RER recently interviewed several pump manufacturers for an article in June RER. Here RER’s Michael Roth interviews Bill Thompson, president of Thompson Pump, about new developments in the company’s technology, trends in pump rental, evolution in pumping methods and where the economy is going.
RER: What is new in your company’s line of pumps and what is unique about it?
Thompson: Like most equipment manufacturers, Thompson Pump is investing an enormous amount of time, money and assets to reconfigure our products to accept the Interim Tier 4 and Final Tier 4 diesel engines. In addition, since the cost to produce these units is significantly more expensive than current models, we are also offering portable pumps driven by alternative fuel engines — LP gas, natural gas, gasoline, hybrids, biodiesel and electric motors with variable frequency drives.
RER: What are the most important recent trends in pump technology and what are the most important trends to come?
Thompson: The high cost of fuel is dictating that pump manufacturers focus on designing and manufacturing pumps with higher efficiencies. Modern pumping applications are requiring higher volumes and higher pressure capabilities than ever before. To sum it up, our mantra is: bigger, more powerful, greater performance, greener, quieter and more efficient.
RER: How is the equipment rental market changing for pump rentals and what trends do you see upcoming?
Thompson: We see the general rental stores as good providers of pumps for everyday dewatering and typical applications. Applications that require higher capabilities and technical support are becoming the realm of specialty pump rental companies. These applications often involve substantial engineering, design, installation, operation, service and maintenance support. I anticipate that this trend will continue to be prevalent going forward.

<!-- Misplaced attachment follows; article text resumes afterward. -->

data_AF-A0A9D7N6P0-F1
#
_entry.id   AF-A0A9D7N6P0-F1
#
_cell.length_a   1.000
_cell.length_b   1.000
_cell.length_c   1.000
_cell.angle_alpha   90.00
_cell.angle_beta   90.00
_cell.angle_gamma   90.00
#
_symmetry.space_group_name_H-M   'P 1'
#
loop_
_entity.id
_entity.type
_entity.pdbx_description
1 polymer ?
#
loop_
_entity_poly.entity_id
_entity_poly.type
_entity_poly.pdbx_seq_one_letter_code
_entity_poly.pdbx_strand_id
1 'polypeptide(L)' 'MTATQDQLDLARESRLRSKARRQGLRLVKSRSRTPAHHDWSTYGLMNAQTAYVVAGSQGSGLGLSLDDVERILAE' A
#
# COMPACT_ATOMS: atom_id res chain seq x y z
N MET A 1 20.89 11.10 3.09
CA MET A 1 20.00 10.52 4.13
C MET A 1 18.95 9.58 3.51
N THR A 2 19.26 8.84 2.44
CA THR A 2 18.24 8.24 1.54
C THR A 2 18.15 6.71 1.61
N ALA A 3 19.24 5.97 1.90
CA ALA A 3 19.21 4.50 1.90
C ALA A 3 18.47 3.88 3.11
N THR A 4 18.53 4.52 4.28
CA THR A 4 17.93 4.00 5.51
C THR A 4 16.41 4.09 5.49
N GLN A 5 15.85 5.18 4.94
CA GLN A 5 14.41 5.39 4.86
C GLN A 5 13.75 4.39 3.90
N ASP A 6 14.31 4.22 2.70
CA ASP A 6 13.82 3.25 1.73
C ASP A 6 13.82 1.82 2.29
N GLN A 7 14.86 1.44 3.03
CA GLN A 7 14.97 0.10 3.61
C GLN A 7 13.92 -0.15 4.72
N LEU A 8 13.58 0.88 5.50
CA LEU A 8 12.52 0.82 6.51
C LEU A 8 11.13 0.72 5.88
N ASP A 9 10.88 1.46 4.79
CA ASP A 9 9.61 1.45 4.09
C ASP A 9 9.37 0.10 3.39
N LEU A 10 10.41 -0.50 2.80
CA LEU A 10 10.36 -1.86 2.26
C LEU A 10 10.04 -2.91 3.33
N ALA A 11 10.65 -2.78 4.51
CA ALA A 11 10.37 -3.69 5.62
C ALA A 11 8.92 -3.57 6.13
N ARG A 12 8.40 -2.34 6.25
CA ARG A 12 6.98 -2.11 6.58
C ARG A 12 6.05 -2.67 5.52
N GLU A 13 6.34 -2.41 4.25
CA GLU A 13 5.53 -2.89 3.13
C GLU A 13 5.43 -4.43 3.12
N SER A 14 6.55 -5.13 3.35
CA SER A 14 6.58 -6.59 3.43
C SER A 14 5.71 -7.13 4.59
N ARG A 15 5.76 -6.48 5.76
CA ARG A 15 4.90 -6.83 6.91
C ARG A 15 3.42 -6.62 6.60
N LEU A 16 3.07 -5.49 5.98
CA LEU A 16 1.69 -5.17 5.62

RER: What level of training and knowledge is required for a rental company to be successful in pump rentals? What level of training should rental companies provide to their customers?
Thompson: Contractors and other end-users are more reliant on rental companies for knowledge and support than ever before. It certainly behooves all rental companies to ensure that their staff is up to date on the changes in technology as they pertain to their product lines. The equipment manufacturers must play an even greater role than ever before. Simply supplying an instruction manual no longer cuts it.
Safety, environmental factors and general risk management considerations are top priorities in today’s world.
In addition, support from the manufacturer must include training on the features & benefits of the product; how to operate & use it properly; how to determine appropriate applications; and how to service, maintain, repair and trouble-shoot it.
RER: What markets for pump rentals do you see as most important in the coming years — i.e., construction, industrial, homeowner/light contractor and energy markets?
Thompson: Although I’ve been in this business for 42+ years, I see new applications for portable pumps more frequently than you would expect. While the concepts are old — dry the ditch, move the fluid, by-pass the lift station — the methods are constantly evolving.
RER: How do you see the economy in the foreseeable future?
Thompson: A lot will depend on the upcoming elections in November. If we develop an intelligent energy policy, focus on only reasonable and necessary regulations based upon cost/benefit analyses, long-term dedication to infrastructure improvements and sound fiscal policies from the top down, we’ll do just fine. If we continue to spend more than we take in, continue to be short-sighted, dogmatic and unrealistic, we’re in for a long period of stagnation.